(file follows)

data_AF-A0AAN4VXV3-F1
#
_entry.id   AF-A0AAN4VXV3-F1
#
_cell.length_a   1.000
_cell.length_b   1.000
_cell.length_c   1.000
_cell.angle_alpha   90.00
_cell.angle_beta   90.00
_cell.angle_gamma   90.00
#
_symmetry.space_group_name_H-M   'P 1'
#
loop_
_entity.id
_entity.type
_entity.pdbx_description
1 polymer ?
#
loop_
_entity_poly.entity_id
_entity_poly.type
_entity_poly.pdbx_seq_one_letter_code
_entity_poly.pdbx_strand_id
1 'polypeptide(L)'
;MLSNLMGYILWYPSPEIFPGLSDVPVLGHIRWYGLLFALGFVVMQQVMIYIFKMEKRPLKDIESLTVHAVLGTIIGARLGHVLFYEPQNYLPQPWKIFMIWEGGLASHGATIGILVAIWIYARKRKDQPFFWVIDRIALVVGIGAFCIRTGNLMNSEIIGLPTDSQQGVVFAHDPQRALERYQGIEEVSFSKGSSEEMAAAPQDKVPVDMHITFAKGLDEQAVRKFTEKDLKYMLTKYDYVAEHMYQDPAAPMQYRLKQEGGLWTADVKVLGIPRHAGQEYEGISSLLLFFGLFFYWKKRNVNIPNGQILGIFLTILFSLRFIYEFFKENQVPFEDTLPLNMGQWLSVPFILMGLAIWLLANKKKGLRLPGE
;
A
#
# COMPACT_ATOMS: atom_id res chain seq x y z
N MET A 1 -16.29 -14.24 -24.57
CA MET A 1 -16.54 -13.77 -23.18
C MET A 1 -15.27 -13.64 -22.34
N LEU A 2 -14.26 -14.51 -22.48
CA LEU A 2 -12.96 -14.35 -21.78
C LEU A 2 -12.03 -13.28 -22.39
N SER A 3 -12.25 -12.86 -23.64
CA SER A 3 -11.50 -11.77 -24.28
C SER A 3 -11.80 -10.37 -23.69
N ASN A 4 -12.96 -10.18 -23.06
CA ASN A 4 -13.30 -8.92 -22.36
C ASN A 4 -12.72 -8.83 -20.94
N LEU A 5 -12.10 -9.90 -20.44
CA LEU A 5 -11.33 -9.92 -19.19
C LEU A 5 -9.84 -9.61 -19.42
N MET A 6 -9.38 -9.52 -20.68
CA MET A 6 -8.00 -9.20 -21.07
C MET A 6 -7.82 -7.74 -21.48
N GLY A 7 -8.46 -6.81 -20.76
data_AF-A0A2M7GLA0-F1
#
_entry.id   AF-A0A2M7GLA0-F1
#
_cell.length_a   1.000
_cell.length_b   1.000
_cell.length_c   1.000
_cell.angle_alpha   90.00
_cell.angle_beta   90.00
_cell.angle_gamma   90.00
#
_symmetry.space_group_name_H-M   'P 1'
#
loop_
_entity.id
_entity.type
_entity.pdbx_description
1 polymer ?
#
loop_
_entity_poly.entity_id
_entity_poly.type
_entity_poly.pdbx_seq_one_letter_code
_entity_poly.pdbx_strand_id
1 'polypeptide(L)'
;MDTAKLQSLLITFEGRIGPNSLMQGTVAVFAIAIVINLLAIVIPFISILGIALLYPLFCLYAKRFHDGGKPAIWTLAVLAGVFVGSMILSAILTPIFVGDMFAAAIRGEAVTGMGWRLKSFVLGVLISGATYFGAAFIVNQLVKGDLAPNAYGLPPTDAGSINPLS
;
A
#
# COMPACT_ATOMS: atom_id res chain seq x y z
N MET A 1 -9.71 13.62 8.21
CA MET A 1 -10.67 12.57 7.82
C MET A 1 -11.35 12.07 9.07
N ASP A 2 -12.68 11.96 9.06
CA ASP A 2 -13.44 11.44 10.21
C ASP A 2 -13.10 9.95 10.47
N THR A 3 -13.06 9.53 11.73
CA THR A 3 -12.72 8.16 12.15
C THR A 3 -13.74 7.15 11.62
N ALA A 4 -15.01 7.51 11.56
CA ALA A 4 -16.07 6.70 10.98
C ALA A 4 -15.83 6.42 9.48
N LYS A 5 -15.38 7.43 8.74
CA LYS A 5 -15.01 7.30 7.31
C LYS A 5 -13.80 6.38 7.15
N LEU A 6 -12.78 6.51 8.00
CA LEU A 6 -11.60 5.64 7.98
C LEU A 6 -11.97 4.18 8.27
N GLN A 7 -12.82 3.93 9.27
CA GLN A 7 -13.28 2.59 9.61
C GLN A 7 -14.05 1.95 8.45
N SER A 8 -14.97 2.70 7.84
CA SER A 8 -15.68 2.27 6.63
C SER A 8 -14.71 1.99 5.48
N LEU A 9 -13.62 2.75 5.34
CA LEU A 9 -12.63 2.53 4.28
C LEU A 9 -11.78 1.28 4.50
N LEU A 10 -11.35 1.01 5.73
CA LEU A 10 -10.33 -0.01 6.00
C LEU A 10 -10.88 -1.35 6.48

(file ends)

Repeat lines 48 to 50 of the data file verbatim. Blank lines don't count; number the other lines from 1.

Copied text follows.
C MET A 6 -7.82 -7.74 -21.48
N GLY A 7 -8.46 -6.81 -20.76
data_AF-A0A2M7GLA0-F1